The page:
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October 2012

September 2012

Seedy Penpals, - my first parcel

I've written before, about my seed addiction. How I love growing things on in my greenhouse, and seeing how they turn out (or don't) as plants.

So when I found out via Twitter about #Seedypenpals - A scheme to partner up complete strangers in different parts of the UK, - and get them to introduce themselves and send on an appropriate pack of seeds, I jumped at the chance.

I sent my pack of seeds on to Bethan - who is a beginner gardener and starting to organise a community garden at her London University. - I was not at all organised, so can't tell you what I sent, as I didn't make a list, - but it was salads and veg to get them started.

Then when I got back from Holiday, - I had a lovely pack from my Seedypenpal Jen, -

Seedypenpals parcel sep12-1

Continue reading "Seedy Penpals, - my first parcel" »

Border planting - garden border, or large container planting?

I often get called into a garden when my clients are part way through a project. Sometimes, they are stuck with what to do next. - This was the case earlier in the year, when I was asked to devise a border plan for a great decking project.

Slater prairie style-1

In creating a fantastic open space that came out from the patio doors, they had also fashioned a large drop into the rest of the garden. They needed a planting plan that ensured their shy but energetic toddler could be seen in all the garden, and wasn't tempted to launch herself off the edge of the decking onto the lawn.

Continue reading "Border planting - garden border, or large container planting?" »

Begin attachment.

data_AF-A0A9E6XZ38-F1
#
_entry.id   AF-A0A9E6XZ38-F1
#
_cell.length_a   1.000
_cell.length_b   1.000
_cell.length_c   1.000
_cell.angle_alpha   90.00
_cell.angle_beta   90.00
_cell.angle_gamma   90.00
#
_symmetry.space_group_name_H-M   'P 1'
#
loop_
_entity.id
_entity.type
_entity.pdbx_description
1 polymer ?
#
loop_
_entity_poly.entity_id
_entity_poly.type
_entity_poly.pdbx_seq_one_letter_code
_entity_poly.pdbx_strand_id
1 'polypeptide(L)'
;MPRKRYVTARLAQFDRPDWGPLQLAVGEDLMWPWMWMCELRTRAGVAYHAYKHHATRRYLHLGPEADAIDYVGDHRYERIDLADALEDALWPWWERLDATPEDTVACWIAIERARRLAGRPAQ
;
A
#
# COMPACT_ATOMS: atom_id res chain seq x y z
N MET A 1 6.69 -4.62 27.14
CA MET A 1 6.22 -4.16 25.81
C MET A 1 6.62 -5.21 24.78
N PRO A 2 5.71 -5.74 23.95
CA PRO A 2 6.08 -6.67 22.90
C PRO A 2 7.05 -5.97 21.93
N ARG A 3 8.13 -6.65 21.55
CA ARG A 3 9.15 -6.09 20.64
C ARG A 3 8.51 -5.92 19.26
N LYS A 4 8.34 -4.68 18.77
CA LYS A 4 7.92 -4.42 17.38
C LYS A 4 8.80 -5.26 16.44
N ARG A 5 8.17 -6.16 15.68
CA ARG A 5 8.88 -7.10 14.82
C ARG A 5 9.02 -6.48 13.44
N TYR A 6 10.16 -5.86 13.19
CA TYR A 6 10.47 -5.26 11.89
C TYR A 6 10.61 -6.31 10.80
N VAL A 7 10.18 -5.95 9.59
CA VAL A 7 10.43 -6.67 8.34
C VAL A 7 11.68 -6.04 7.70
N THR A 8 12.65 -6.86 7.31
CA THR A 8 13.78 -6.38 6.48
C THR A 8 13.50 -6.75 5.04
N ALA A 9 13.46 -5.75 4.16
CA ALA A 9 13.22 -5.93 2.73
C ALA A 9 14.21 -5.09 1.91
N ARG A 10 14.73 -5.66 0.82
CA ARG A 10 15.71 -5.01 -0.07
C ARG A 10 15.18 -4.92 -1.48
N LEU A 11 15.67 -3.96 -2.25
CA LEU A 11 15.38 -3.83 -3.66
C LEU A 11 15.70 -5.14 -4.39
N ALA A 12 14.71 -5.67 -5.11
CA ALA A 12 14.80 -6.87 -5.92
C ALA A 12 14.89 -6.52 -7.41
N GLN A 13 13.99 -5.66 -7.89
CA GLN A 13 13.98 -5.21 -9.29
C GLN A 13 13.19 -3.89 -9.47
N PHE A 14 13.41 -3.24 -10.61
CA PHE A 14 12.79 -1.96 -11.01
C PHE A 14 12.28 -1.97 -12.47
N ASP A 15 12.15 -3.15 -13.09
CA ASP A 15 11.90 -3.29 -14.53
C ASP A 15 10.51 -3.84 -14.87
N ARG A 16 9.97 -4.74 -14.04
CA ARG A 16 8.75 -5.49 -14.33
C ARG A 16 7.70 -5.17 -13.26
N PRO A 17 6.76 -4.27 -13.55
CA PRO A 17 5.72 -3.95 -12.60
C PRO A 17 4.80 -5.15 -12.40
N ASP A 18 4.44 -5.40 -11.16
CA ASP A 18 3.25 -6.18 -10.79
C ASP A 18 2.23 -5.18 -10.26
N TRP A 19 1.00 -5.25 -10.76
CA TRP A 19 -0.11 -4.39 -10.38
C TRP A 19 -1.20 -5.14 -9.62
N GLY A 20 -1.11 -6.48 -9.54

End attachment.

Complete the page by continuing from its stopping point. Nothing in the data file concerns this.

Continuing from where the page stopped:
Sandy soil plants - some flowering summer suggestions for really difficult places

It''s nearly back to school/work time. This time tomorrow i'll be running round in a blue funk trying to get out the door, - but today i'm going to show you the evidence that if you find the right plant they will survive and thrive even in the hardest places.

Sandy Soil is very free draining, and comparitively to loam or clay has big particles of dirt. - This means that it holds very few nutrients and isn't stable for plants to grow large in, but we've just come back from France and where our holiday home is, just back from the sandy beaches of Normandy, some plants have taken on the challenge of growing with little water and nutrition with applomb.Coastal estuary walkway-1
This is a seaside footpath that borders our coastal river estuary. Just to show you how close to the sea these plants are, - that boat is currently floating at high tide, but when the tide goes down, it will be beached on sand. The land behind it is a sand dune, - the other side of that (about 20metres beyond it at high tide) is the sea.

Despite these hostile soil conditions, some plants look fantastic, and are flowering their socks off

Rosa Glauca Rosaglaucaonsand-2Tamarix Pentandra Tamarix Pentrandra-3


Lots of Buddleyas Buddleya Daviddii on sand-4
And in the gardens along the coastal hedges of Cotoneaster, Pittosporum Tobira, Eleagnus and Escallonia are these beauties - Hollyhocks, Abelia Grandiflora and Hibiscus.

Sandysoilhollyhock hibiscus abelia-5

I love getting planting inspiration from these real life situations, which mean that I can smile when people tell me that "nothing grows here", and know that even in the hardest soil, there is something that will flower and light up the border.